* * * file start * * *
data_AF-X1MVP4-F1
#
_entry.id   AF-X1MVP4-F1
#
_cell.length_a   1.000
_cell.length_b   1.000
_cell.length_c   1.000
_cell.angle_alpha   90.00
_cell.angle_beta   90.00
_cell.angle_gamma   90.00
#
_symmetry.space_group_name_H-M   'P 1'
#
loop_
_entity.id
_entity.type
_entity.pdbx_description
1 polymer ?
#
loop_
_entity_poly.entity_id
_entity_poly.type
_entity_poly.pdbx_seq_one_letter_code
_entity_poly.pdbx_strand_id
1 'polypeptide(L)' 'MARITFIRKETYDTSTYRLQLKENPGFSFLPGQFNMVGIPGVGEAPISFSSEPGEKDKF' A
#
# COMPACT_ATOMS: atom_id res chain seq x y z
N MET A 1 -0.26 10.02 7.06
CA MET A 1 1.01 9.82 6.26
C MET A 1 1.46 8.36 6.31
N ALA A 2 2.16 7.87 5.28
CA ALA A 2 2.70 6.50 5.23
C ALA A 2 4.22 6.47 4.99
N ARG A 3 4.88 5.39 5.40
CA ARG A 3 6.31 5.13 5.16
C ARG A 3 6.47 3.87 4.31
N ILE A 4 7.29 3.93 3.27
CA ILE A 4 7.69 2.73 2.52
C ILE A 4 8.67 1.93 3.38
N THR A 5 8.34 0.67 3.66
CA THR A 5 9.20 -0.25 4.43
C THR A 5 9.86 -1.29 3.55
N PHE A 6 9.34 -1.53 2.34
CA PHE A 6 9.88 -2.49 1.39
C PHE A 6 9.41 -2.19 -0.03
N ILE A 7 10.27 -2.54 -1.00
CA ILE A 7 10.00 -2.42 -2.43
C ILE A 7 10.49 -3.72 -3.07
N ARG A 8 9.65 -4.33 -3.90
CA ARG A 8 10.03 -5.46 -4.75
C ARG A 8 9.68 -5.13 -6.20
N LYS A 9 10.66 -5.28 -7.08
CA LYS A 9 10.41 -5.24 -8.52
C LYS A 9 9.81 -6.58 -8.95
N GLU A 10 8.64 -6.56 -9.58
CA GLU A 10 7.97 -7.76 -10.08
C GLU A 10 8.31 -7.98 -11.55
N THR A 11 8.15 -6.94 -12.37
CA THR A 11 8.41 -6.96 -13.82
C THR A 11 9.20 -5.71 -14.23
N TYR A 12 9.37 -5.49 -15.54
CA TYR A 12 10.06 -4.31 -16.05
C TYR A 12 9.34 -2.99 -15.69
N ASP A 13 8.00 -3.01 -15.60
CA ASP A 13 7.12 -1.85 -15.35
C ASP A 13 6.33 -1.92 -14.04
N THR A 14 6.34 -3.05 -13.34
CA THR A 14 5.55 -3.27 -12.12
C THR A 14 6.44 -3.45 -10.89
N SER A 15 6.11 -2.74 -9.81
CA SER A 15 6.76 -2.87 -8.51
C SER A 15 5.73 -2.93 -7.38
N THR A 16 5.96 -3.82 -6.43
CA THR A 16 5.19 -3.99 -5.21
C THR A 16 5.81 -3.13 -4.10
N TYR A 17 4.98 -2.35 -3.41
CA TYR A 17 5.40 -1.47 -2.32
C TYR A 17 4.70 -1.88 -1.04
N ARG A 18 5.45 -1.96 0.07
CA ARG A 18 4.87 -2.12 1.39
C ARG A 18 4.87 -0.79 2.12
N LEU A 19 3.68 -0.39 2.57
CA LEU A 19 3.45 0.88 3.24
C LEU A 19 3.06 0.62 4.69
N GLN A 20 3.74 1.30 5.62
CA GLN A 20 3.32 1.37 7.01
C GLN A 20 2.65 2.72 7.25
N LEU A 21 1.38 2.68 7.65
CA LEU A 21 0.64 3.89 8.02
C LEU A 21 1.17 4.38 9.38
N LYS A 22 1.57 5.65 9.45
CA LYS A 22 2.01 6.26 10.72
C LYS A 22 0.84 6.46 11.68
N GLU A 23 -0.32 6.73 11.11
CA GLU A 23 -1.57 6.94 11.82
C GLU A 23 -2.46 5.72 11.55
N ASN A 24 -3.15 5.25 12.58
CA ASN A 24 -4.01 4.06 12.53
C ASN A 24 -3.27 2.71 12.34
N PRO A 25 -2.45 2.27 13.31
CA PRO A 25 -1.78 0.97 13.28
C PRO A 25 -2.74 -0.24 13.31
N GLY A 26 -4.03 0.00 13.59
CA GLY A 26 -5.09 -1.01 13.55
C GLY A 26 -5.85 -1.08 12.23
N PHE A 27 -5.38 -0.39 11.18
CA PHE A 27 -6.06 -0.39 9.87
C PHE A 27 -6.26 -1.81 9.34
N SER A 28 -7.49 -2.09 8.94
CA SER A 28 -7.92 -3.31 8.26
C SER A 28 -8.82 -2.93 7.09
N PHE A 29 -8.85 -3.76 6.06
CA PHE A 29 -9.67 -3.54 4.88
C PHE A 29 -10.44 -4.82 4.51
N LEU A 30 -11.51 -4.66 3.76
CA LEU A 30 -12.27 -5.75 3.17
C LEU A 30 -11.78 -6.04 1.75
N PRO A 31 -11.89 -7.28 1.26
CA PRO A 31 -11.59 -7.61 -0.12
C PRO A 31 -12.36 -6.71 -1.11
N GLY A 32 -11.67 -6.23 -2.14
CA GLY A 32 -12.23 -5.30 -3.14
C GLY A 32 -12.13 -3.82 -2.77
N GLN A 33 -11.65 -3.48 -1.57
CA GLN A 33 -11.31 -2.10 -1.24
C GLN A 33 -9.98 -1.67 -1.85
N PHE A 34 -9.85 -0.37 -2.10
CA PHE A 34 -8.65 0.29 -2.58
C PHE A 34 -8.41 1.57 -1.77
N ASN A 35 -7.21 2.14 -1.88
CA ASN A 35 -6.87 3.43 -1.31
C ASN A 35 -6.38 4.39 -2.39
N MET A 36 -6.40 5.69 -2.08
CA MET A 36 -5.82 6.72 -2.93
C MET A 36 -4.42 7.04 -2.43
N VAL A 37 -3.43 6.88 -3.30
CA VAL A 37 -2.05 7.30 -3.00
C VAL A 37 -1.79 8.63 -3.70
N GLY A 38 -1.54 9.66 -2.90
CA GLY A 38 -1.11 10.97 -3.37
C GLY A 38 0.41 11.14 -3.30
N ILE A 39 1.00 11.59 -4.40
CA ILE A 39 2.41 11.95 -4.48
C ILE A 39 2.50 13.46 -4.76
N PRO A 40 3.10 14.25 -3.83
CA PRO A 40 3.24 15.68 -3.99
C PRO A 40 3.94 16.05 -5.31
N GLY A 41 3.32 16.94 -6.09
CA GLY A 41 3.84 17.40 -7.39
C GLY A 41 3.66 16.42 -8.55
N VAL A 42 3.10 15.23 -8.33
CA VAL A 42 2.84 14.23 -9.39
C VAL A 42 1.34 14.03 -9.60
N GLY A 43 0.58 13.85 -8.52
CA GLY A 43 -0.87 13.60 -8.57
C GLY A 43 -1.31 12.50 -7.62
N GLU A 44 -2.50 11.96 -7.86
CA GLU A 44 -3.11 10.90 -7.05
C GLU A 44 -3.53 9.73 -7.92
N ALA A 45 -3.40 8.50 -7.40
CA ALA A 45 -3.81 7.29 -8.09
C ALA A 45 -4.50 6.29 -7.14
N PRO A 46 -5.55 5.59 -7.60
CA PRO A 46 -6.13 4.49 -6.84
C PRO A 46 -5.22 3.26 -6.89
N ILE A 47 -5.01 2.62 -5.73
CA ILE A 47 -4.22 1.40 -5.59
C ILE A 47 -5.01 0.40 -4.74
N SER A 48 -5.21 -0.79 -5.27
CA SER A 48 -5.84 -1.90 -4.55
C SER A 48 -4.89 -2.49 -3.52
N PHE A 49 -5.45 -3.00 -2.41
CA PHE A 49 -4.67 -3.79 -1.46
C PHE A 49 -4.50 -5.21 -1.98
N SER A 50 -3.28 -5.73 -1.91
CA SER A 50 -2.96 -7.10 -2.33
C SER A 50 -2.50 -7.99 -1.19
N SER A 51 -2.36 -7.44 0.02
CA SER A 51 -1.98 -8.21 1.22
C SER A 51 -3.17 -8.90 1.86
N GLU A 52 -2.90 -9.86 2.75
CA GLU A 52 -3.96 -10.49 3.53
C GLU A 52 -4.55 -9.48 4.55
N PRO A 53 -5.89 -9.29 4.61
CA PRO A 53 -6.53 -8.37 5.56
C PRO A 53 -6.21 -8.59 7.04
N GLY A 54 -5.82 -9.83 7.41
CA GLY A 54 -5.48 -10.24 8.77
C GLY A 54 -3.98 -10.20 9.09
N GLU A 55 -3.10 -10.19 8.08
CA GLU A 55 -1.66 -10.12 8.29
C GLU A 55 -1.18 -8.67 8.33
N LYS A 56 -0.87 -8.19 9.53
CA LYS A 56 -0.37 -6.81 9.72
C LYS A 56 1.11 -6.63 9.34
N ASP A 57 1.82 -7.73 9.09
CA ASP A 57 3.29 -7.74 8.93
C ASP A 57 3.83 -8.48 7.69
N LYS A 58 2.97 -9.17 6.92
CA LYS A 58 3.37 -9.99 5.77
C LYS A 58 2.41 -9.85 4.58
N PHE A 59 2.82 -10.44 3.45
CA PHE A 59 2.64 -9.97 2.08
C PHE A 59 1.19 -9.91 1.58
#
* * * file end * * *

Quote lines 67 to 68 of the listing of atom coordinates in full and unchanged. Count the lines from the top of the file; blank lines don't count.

N THR A 14 6.34 -3.05 -13.34
CA THR A 14 5.55 -3.27 -12.12